Re: Why "lock" functionality is introduced for all the objects?

Tom Anderson <>
Fri, 1 Jul 2011 21:40:25 +0100
On Thu, 30 Jun 2011, KitKat wrote:

On 30/06/2011 6:04 PM, Tom Anderson wrote:

What happened then was that a very clever chap called David Bacon, who
worked for IBM, invented a thing called a thin lock:

Which was subsequently improved by another clever chap called Tamiya
Onodera into a thing called a tasuki lock, which you don't hear so much

Are you sure that last one was a "chap"? "Tamiya" sounds rather feminine to

Perhaps - and a quick google reveals that it is a girl's name in Hebrew.
However, in Japanese, i believe it's a family name, and that Tamiya
Onodera is Dr Tamiya's name written in the normal Japanese order, putting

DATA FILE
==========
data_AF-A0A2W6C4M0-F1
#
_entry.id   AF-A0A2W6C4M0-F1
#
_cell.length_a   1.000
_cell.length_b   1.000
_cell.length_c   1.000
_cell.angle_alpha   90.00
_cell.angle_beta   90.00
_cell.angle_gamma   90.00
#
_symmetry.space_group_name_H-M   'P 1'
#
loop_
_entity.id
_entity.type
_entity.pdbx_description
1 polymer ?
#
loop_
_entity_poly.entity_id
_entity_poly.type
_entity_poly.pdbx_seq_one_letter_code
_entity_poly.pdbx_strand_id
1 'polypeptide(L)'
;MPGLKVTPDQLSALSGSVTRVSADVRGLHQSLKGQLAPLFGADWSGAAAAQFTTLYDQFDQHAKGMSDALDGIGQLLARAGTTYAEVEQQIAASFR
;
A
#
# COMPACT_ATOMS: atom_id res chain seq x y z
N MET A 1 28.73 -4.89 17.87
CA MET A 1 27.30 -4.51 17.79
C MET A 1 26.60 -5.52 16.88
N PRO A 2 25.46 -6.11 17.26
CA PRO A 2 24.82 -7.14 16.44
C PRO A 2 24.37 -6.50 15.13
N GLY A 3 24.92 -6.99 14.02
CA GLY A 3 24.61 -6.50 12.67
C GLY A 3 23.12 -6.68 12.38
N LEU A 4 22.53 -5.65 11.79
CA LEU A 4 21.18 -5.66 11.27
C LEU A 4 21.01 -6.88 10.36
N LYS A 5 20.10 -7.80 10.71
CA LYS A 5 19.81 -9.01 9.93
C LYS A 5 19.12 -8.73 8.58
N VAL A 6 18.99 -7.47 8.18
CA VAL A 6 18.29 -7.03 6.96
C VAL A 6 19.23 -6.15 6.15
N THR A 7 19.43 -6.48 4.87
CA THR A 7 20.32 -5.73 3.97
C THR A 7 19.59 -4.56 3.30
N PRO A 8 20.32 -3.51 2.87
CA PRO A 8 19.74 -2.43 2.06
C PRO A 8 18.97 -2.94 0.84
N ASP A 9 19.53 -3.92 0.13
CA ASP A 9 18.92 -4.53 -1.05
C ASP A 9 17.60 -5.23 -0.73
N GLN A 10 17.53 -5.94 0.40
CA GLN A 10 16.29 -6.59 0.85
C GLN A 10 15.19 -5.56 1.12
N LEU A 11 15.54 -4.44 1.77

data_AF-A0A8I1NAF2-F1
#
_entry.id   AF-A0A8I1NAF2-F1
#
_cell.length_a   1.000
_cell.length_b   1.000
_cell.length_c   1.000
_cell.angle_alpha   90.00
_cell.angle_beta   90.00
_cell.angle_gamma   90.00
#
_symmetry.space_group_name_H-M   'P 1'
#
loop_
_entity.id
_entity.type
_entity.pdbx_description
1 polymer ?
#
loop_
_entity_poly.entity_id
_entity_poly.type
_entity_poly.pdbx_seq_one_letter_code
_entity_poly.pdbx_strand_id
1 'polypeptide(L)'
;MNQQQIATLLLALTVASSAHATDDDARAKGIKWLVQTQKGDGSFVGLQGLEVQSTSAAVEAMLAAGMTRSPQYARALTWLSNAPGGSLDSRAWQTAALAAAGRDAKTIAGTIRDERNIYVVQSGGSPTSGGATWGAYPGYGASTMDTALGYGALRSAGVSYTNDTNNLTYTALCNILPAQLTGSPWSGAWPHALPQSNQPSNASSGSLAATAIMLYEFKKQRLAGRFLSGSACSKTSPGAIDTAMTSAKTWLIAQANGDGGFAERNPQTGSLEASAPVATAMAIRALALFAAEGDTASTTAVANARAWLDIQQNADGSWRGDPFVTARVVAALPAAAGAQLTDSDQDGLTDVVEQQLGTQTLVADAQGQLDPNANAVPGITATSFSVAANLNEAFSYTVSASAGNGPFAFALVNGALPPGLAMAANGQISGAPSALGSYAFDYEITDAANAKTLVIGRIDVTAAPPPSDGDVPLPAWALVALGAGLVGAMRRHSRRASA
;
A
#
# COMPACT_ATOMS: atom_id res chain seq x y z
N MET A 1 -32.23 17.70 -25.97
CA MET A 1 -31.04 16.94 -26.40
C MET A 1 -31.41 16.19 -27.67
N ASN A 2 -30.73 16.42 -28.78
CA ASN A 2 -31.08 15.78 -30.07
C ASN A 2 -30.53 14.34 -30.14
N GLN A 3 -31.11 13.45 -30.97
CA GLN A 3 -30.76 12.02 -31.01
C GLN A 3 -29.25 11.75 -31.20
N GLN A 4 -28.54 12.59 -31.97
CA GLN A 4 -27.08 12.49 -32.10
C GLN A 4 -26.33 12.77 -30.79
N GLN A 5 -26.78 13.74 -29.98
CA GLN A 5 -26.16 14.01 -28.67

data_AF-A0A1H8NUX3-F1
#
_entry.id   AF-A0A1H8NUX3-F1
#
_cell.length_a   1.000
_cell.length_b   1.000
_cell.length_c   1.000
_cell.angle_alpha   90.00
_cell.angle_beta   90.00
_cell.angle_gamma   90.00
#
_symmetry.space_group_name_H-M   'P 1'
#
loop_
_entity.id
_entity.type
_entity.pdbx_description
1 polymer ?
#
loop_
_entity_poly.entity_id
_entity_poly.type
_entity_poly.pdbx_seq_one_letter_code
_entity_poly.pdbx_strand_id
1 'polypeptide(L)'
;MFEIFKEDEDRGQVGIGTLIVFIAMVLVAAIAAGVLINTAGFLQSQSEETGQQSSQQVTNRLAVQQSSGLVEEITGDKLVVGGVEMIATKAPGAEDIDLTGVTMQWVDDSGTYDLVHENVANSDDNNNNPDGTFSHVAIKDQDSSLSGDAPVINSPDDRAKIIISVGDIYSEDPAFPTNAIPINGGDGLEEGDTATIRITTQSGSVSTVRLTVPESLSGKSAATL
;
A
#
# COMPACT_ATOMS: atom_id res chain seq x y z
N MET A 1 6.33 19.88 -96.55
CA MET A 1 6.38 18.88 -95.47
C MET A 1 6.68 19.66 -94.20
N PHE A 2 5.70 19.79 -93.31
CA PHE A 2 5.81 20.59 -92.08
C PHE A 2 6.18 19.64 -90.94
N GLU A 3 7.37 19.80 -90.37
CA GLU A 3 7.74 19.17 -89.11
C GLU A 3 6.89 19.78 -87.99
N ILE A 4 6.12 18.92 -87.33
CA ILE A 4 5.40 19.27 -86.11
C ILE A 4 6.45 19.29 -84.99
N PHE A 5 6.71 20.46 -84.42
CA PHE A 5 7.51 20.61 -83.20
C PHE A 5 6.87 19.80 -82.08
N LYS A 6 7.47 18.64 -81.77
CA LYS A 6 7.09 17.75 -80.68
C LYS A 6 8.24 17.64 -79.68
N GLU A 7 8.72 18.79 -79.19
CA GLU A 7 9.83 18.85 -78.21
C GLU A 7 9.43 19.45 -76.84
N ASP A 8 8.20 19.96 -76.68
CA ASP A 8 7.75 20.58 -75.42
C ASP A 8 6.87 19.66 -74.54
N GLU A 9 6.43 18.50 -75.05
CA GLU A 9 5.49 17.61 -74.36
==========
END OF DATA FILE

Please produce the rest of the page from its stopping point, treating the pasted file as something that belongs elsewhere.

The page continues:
his family name first. Although i could be wrong.

The details are described quite clearly in the papers, but the upshot
is that an object is created with neither a lock nor a slot for a lock
pointer (and so only a two-word header), and the lock is allocated only
when needed, and then wired in. Some fancy footwork means that the
object doesn't need to grow a pointer when this happens; the header
remains two words, at the expense of some slight awkwardness elsewhere.

Such as?

The object's identity hash is shuffled between the object and its lock
according to whether it has an expanded lock or not.

I can think of only one possibility that could be even close to
efficient: maintain an IdentityHashMap<Object,Lock> somewhere under the

That might be memory-efficient, but it would not be at all time-efficient,
as it would require a map lookup to lock an object. Resizing the hash
would be an interesting exercise, too. Actually, i think early JVMs (1.1
era, IIRC, perhaps even 1.0) used something a bit like this; they didn't
use the identity hash, but back then the garbage collector was non-moving,
so they could use addresses as keys, and there was a global lock table
somewhere. I don't know how it handled resizing. Badly, i expect.


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